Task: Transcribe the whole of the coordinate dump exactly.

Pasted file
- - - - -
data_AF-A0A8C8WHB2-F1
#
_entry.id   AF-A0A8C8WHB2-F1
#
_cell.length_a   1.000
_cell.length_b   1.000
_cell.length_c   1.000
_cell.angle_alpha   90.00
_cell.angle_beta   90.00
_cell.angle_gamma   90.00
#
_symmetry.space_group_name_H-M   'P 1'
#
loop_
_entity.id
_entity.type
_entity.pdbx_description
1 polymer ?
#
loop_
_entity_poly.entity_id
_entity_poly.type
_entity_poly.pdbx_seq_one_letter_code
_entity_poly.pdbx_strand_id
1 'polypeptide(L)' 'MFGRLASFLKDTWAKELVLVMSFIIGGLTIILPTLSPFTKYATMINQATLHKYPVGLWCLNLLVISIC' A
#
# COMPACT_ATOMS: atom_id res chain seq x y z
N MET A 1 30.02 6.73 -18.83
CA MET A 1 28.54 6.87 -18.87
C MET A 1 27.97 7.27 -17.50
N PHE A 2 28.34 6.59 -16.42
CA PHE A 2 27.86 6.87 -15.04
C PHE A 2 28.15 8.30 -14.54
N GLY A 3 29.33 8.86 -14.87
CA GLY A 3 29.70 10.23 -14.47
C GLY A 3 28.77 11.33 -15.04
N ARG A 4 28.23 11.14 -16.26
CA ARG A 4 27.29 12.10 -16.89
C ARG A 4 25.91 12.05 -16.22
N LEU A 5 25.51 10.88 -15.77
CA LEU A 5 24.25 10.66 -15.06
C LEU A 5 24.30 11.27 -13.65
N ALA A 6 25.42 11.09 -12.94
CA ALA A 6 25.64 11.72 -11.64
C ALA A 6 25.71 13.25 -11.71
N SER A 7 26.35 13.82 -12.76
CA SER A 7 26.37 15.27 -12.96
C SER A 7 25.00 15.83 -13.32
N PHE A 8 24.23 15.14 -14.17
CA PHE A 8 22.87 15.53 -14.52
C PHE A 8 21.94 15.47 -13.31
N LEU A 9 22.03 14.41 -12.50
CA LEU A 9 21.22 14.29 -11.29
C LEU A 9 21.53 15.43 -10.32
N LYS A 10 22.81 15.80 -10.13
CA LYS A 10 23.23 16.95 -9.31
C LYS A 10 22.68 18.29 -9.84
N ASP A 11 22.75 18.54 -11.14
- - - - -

data_AF-A0A8C8WHB2-F1
#
_entry.id   AF-A0A8C8WHB2-F1
#
_cell.length_a   1.000
_cell.length_b   1.000
_cell.length_c   1.000
_cell.angle_alpha   90.00
_cell.angle_beta   90.00
_cell.angle_gamma   90.00
#
_symmetry.space_group_name_H-M   'P 1'
#
loop_
_entity.id
_entity.type
_entity.pdbx_description
1 polymer ?
#
loop_
_entity_poly.entity_id
_entity_poly.type
_entity_poly.pdbx_seq_one_letter_code
_entity_poly.pdbx_strand_id
1 'polypeptide(L)' 'MFGRLASFLKDTWAKELVLVMSFIIGGLTIILPTLSPFTKYATMINQATLHKYPVGLWCLNLLVISIC' A
#
# COMPACT_ATOMS: atom_id res chain seq x y z
N MET A 1 30.02 6.73 -18.83
CA MET A 1 28.54 6.87 -18.87
C MET A 1 27.97 7.27 -17.50
N PHE A 2 28.34 6.59 -16.42
CA PHE A 2 27.86 6.87 -15.04
C PHE A 2 28.15 8.30 -14.54
N GLY A 3 29.33 8.86 -14.87
CA GLY A 3 29.70 10.23 -14.47
C GLY A 3 28.77 11.33 -15.04
N ARG A 4 28.23 11.14 -16.26
CA ARG A 4 27.29 12.10 -16.89
C ARG A 4 25.91 12.05 -16.22
N LEU A 5 25.51 10.88 -15.77
CA LEU A 5 24.25 10.66 -15.06
C LEU A 5 24.30 11.27 -13.65
N ALA A 6 25.42 11.09 -12.94
CA ALA A 6 25.64 11.72 -11.64
C ALA A 6 25.71 13.25 -11.71
N SER A 7 26.35 13.82 -12.76
CA SER A 7 26.37 15.27 -12.96
C SER A 7 25.00 15.83 -13.32
N PHE A 8 24.23 15.14 -14.17
CA PHE A 8 22.87 15.53 -14.52
C PHE A 8 21.94 15.47 -13.31
N LEU A 9 22.03 14.41 -12.50
CA LEU A 9 21.22 14.29 -11.29
C LEU A 9 21.53 15.43 -10.32
N LYS A 10 22.81 15.80 -10.13
CA LYS A 10 23.23 16.95 -9.31
C LYS A 10 22.68 18.29 -9.84
N ASP A 11 22.75 18.54 -11.14